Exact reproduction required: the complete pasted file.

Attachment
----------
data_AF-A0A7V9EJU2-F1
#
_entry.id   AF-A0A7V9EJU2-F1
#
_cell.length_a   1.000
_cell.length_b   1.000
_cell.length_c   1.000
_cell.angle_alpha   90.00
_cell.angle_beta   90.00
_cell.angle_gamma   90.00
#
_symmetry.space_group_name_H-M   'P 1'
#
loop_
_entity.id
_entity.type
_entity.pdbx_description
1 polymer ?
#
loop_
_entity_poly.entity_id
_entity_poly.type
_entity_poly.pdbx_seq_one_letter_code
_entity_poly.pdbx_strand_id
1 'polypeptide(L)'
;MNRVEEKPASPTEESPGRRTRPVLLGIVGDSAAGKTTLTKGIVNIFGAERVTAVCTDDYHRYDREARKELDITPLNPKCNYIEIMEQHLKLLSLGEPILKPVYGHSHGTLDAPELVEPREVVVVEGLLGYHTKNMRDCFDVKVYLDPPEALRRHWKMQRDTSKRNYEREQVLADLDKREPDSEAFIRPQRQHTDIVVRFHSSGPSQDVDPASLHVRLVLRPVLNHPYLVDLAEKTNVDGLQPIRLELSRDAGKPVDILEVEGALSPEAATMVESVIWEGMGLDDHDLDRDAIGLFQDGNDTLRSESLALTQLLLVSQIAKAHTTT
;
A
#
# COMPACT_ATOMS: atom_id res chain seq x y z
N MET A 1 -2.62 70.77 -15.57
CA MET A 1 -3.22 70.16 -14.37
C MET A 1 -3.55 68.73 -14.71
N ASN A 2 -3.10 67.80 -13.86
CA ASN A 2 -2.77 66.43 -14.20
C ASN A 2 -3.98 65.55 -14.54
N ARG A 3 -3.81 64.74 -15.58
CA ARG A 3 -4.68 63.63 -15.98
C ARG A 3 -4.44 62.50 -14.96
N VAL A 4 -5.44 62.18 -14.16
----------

data_AF-A0A7V9EJU2-F1
#
_entry.id   AF-A0A7V9EJU2-F1
#
_cell.length_a   1.000
_cell.length_b   1.000
_cell.length_c   1.000
_cell.angle_alpha   90.00
_cell.angle_beta   90.00
_cell.angle_gamma   90.00
#
_symmetry.space_group_name_H-M   'P 1'
#
loop_
_entity.id
_entity.type
_entity.pdbx_description
1 polymer ?
#
loop_
_entity_poly.entity_id
_entity_poly.type
_entity_poly.pdbx_seq_one_letter_code
_entity_poly.pdbx_strand_id
1 'polypeptide(L)'
;MNRVEEKPASPTEESPGRRTRPVLLGIVGDSAAGKTTLTKGIVNIFGAERVTAVCTDDYHRYDREARKELDITPLNPKCNYIEIMEQHLKLLSLGEPILKPVYGHSHGTLDAPELVEPREVVVVEGLLGYHTKNMRDCFDVKVYLDPPEALRRHWKMQRDTSKRNYEREQVLADLDKREPDSEAFIRPQRQHTDIVVRFHSSGPSQDVDPASLHVRLVLRPVLNHPYLVDLAEKTNVDGLQPIRLELSRDAGKPVDILEVEGALSPEAATMVESVIWEGMGLDDHDLDRDAIGLFQDGNDTLRSESLALTQLLLVSQIAKAHTTT
;
A
#
# COMPACT_ATOMS: atom_id res chain seq x y z
N MET A 1 -2.62 70.77 -15.57
CA MET A 1 -3.22 70.16 -14.37
C MET A 1 -3.55 68.73 -14.71
N ASN A 2 -3.10 67.80 -13.86
CA ASN A 2 -2.77 66.43 -14.20
C ASN A 2 -3.98 65.55 -14.54
N ARG A 3 -3.81 64.74 -15.58
CA ARG A 3 -4.68 63.63 -15.98
C ARG A 3 -4.44 62.50 -14.96
N VAL A 4 -5.44 62.18 -14.16